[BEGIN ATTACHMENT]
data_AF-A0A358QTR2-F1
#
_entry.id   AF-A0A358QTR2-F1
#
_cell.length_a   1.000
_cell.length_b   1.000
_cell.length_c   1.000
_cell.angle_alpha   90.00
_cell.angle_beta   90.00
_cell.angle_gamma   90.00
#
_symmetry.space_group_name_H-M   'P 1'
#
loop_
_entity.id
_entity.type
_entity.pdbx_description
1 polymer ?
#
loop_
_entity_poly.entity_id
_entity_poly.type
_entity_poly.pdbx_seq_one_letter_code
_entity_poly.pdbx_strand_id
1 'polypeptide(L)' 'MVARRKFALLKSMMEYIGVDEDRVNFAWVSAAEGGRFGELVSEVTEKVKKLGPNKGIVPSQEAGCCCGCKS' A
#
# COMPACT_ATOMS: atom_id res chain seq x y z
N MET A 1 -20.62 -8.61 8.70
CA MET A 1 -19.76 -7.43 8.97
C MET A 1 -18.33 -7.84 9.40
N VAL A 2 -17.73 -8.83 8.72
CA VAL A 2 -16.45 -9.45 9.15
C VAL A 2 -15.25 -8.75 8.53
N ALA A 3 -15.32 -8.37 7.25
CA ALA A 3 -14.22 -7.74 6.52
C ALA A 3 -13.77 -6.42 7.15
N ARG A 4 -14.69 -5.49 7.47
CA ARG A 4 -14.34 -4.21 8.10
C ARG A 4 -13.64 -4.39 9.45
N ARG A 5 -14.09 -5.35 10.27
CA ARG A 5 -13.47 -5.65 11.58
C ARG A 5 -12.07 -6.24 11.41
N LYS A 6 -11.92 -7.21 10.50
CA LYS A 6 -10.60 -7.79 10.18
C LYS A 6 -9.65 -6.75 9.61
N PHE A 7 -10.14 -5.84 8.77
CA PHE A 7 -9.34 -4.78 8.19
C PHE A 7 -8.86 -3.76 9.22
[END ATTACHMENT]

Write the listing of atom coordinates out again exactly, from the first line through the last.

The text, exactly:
data_AF-A0A358QTR2-F1
#
_entry.id   AF-A0A358QTR2-F1
#
_cell.length_a   1.000
_cell.length_b   1.000
_cell.length_c   1.000
_cell.angle_alpha   90.00
_cell.angle_beta   90.00
_cell.angle_gamma   90.00
#
_symmetry.space_group_name_H-M   'P 1'
#
loop_
_entity.id
_entity.type
_entity.pdbx_description
1 polymer ?
#
loop_
_entity_poly.entity_id
_entity_poly.type
_entity_poly.pdbx_seq_one_letter_code
_entity_poly.pdbx_strand_id
1 'polypeptide(L)' 'MVARRKFALLKSMMEYIGVDEDRVNFAWVSAAEGGRFGELVSEVTEKVKKLGPNKGIVPSQEAGCCCGCKS' A
#
# COMPACT_ATOMS: atom_id res chain seq x y z
N MET A 1 -20.62 -8.61 8.70
CA MET A 1 -19.76 -7.43 8.97
C MET A 1 -18.33 -7.84 9.40
N VAL A 2 -17.73 -8.83 8.72
CA VAL A 2 -16.45 -9.45 9.15
C VAL A 2 -15.25 -8.75 8.53
N ALA A 3 -15.32 -8.37 7.25
CA ALA A 3 -14.22 -7.74 6.52
C ALA A 3 -13.77 -6.42 7.15
N ARG A 4 -14.69 -5.49 7.47
CA ARG A 4 -14.34 -4.21 8.10
C ARG A 4 -13.64 -4.39 9.45
N ARG A 5 -14.09 -5.35 10.27
CA ARG A 5 -13.47 -5.65 11.58
C ARG A 5 -12.07 -6.24 11.41
N LYS A 6 -11.92 -7.21 10.50
CA LYS A 6 -10.60 -7.79 10.18
C LYS A 6 -9.65 -6.75 9.61
N PHE A 7 -10.14 -5.84 8.77
CA PHE A 7 -9.34 -4.78 8.19
C PHE A 7 -8.86 -3.76 9.22